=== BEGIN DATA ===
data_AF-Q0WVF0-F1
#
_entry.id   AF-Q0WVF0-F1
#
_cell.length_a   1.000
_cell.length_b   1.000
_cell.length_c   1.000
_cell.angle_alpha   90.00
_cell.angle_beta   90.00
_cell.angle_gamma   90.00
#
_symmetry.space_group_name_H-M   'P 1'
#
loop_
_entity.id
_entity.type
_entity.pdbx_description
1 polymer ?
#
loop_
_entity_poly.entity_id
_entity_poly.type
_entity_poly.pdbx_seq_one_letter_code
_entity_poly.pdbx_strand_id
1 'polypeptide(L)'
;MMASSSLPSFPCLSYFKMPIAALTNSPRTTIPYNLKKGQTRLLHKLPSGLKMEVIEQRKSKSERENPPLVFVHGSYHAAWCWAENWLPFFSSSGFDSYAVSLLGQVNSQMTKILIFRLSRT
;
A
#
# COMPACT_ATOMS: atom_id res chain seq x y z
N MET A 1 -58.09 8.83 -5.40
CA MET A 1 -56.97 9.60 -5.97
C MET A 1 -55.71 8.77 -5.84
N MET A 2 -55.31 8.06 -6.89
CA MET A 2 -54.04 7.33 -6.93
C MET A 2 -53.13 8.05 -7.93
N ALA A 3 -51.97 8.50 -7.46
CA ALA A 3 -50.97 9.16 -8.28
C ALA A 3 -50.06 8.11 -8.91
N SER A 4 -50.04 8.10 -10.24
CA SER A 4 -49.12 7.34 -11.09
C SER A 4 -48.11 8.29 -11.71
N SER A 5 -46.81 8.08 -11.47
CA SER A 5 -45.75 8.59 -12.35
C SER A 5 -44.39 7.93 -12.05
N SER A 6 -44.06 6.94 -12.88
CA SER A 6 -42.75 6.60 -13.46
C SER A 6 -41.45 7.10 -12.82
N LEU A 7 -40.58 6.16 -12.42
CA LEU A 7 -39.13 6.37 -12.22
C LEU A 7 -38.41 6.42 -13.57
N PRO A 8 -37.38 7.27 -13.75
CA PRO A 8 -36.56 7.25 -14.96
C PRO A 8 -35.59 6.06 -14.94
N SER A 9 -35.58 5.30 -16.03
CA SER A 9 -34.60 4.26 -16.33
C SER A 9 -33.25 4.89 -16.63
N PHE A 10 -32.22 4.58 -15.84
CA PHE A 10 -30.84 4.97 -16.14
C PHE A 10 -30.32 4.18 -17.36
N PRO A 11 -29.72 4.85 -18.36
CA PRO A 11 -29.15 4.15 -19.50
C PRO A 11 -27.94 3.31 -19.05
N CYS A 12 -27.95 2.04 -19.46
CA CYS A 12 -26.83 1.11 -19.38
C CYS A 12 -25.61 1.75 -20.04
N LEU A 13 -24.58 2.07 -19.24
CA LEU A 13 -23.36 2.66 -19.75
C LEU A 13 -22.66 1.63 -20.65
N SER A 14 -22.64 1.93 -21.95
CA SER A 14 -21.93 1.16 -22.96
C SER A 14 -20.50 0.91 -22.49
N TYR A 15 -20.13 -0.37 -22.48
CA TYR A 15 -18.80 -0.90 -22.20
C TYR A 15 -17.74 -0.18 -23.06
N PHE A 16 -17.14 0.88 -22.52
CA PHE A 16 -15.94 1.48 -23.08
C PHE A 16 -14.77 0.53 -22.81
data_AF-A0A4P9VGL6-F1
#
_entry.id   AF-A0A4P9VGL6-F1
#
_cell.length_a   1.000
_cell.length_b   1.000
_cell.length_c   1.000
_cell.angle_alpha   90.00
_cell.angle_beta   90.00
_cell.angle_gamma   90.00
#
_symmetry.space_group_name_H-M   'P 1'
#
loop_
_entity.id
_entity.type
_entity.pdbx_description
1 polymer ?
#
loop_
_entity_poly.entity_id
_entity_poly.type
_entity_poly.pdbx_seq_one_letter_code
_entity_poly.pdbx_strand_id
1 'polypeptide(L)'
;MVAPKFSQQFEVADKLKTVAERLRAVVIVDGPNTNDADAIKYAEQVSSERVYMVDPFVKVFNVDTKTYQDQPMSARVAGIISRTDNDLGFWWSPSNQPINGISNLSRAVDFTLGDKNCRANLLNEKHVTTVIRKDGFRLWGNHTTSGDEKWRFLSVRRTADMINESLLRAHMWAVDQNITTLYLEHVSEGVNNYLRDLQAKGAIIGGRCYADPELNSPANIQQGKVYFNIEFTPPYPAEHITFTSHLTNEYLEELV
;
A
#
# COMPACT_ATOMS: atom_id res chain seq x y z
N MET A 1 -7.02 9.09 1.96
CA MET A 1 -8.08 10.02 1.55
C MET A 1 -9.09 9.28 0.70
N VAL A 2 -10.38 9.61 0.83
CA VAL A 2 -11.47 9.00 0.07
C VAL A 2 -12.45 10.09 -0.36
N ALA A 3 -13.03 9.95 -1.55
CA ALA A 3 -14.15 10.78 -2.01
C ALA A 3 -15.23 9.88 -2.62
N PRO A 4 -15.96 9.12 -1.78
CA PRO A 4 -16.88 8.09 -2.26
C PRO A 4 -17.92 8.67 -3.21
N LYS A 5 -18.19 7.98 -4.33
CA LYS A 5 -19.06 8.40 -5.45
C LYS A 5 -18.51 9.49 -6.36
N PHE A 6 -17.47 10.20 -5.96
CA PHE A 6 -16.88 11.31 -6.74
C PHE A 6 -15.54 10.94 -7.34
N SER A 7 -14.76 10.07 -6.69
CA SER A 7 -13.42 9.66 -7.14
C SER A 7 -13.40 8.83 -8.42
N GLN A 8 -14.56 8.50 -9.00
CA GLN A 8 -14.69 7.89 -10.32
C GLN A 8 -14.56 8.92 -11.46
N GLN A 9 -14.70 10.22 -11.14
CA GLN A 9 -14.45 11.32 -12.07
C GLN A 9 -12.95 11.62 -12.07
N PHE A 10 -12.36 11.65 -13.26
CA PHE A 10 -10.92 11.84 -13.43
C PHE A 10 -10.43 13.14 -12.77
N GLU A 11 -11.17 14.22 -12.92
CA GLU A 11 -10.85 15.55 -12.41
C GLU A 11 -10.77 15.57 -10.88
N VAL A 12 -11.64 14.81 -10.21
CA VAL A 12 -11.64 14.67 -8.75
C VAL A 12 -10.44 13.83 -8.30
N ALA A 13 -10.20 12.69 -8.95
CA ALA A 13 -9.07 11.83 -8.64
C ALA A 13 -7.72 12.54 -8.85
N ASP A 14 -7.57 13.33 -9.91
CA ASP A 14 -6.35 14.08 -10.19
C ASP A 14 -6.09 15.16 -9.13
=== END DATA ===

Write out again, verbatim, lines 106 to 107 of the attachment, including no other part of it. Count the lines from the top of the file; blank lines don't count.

A
#